Study Shows Axiomatics Data Predicts Company Stock Returns


In a recent study published by Alan Kwan, PhD from the University of Hong Kong, company growth estimates based on employee benefits data from vendor Axiomatics Data outperformed the market during the Covid 19 pandemic.

Findings of the Study

In his recent research note called, Predicting Company Performance with Company Benefit Plans, Alan Kwan, PhD analyzed the value of using Axiomatic Data’s Form 5500 dataset for predicting company stock returns from January 2014 through September 2020. 

Form 5500 is collected by the US Department of Labor as part of the disclosure framework set by the Employee Retirement Income Security Act (ERISA) of 1974. This dataset includes, among other things, information on the different employee benefits offered by the firm, such as dental, medical, 401K, etc., the number of employees receiving benefits, and the funding status, total assets and employer and employee contributions of any defined contribution or defined benefit plan sponsored by the company. The vast majority of firms in the United States are required to file and submit the full-length Form 5500, and it reflects the largest store of public information on company’s employment practices in the United States.

Kwan conducted a back-test examining two signals based on Axiomatic’s dataset. In his baseline test, Kwan used Axiomatic Data’s proprietary ThriveScore metric, which is a score of a company’s growth in the benefits provided by the firm. The ThriveScore combines eighteen different growth rates (growth rate of employees, growth rate of employees in pension plans, employer contributions per employee, participant contributions per employee, growth rate of employer contributions in total, growth rate of participant contributions in total) using Axiomatic Data’s proprietary formula. The score can be interpreted as a growth rate of development in human capital at the firm.  Kwan also combined the ThriveScore with an amalgam of other data points from Form 5500, which he called the Composite Score.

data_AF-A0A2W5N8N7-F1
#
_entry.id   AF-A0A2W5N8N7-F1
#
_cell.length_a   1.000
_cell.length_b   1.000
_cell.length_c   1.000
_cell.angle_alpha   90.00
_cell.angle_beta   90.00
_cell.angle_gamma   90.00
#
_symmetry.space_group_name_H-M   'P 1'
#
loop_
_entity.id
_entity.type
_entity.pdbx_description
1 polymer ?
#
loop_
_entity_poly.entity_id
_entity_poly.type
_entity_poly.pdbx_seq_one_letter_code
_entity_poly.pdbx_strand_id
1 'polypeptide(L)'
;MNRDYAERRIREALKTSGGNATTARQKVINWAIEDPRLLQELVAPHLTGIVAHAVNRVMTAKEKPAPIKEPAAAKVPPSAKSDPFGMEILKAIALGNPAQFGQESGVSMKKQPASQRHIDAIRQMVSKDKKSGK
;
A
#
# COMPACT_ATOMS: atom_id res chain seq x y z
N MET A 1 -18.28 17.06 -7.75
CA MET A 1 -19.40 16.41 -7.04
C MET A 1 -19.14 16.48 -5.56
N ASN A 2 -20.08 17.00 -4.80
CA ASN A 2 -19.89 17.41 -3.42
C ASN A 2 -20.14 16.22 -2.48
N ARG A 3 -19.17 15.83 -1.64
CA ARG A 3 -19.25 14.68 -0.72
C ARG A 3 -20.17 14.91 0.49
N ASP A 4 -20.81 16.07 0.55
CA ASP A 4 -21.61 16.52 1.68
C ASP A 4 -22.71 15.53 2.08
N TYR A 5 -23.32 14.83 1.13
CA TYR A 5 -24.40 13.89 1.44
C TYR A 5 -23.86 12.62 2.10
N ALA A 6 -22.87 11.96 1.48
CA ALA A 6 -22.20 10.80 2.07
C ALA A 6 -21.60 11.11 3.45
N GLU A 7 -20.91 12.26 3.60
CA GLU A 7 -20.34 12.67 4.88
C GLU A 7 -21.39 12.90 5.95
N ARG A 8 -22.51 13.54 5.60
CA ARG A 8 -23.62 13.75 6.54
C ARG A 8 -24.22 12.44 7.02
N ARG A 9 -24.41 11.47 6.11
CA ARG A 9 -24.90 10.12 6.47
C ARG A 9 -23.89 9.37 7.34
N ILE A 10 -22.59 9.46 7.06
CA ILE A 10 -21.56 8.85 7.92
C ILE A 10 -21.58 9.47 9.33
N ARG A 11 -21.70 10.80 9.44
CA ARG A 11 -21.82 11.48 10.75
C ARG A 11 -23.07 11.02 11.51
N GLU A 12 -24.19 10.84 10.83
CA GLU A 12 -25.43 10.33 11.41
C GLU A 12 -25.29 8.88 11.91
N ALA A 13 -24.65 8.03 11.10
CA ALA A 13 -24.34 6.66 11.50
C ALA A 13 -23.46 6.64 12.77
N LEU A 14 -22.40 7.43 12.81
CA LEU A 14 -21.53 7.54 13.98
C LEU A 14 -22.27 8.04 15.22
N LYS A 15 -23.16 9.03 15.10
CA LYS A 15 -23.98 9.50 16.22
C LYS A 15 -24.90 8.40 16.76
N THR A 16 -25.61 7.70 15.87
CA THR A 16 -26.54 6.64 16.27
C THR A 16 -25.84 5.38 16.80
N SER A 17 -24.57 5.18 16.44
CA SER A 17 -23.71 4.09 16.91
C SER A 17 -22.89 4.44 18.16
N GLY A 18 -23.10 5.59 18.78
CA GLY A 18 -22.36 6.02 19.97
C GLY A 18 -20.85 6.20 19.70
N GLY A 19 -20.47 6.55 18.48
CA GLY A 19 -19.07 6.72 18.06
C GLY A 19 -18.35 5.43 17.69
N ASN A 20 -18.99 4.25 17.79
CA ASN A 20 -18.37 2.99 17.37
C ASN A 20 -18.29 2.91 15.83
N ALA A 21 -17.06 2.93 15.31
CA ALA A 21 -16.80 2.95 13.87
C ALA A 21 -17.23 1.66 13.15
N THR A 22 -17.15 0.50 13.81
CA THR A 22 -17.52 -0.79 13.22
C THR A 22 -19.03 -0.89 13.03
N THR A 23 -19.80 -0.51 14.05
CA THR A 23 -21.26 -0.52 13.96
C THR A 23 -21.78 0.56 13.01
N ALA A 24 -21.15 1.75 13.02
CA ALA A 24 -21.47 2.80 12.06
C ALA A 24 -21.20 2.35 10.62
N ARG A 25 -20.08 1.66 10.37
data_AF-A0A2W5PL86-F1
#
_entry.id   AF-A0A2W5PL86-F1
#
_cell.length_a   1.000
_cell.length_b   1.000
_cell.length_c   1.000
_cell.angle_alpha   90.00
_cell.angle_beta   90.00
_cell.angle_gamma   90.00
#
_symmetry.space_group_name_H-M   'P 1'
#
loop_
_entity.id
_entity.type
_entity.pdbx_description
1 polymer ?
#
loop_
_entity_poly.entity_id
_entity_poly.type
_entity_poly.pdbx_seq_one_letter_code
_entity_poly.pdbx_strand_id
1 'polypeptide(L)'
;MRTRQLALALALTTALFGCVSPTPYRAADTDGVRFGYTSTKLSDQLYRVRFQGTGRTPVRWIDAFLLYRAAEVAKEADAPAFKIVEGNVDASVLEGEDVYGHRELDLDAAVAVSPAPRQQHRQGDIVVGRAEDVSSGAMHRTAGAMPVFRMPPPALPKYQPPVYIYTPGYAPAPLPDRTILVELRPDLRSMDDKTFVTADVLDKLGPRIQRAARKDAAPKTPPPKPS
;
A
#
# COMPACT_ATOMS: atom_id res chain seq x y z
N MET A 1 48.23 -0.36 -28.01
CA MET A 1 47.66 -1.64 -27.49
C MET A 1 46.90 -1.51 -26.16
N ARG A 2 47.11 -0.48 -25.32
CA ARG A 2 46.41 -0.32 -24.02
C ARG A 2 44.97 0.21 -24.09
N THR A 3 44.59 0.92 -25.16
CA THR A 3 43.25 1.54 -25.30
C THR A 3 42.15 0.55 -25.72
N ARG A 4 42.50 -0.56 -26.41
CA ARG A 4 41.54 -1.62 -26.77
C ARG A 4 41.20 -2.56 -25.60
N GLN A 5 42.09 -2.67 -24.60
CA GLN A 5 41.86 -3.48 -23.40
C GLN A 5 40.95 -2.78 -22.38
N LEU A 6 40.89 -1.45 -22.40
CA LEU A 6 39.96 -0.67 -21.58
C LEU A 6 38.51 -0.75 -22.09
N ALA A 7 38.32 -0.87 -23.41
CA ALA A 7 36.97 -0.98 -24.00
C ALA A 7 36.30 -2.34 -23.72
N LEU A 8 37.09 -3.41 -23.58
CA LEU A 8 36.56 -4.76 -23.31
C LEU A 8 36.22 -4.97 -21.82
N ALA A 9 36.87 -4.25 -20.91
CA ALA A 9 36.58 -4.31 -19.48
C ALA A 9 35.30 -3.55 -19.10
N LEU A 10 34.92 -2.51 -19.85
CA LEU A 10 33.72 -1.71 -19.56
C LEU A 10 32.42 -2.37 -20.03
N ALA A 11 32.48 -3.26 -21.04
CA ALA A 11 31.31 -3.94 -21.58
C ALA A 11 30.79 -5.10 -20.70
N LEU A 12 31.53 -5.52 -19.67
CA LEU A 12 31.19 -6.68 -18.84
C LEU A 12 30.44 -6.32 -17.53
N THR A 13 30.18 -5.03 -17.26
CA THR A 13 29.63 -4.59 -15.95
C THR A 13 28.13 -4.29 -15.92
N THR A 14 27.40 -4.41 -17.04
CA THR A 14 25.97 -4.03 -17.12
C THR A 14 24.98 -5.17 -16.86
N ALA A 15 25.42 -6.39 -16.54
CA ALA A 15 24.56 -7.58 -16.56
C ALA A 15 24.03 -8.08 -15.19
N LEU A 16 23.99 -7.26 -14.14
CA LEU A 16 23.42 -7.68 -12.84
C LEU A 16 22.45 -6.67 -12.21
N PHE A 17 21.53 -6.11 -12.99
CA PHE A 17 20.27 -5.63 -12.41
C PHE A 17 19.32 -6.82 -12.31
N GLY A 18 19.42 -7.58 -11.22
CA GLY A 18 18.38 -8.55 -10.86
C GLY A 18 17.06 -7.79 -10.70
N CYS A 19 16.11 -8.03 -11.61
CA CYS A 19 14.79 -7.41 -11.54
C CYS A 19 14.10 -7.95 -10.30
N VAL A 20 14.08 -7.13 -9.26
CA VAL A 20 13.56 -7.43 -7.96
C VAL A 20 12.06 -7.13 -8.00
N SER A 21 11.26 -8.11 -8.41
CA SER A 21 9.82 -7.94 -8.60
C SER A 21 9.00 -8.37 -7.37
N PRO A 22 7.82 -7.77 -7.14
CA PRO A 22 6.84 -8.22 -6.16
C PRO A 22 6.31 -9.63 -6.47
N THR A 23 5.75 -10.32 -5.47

First, Kwan constructed a portfolio sort splitting stocks each month into quintiles of scores. One would expect that on average, the stocks in quintile 1 underperform stocks in quintile 2, quintile 2 stocks underperform those in quintile 3, and so on. Each data point in the figure below is the average across my sample period of stocks in a given portfolio in a given month.

Second, Kwan created a hypothetical long-short strategy.  Here firms with positive scores over time (both the Composite Strategy and the ThriveScores) tend to outperform, especially in the prior year. One interpretation of this finding is that during the pandemic, firms who treated their employees better were equipped to function more effectively during the pandemic.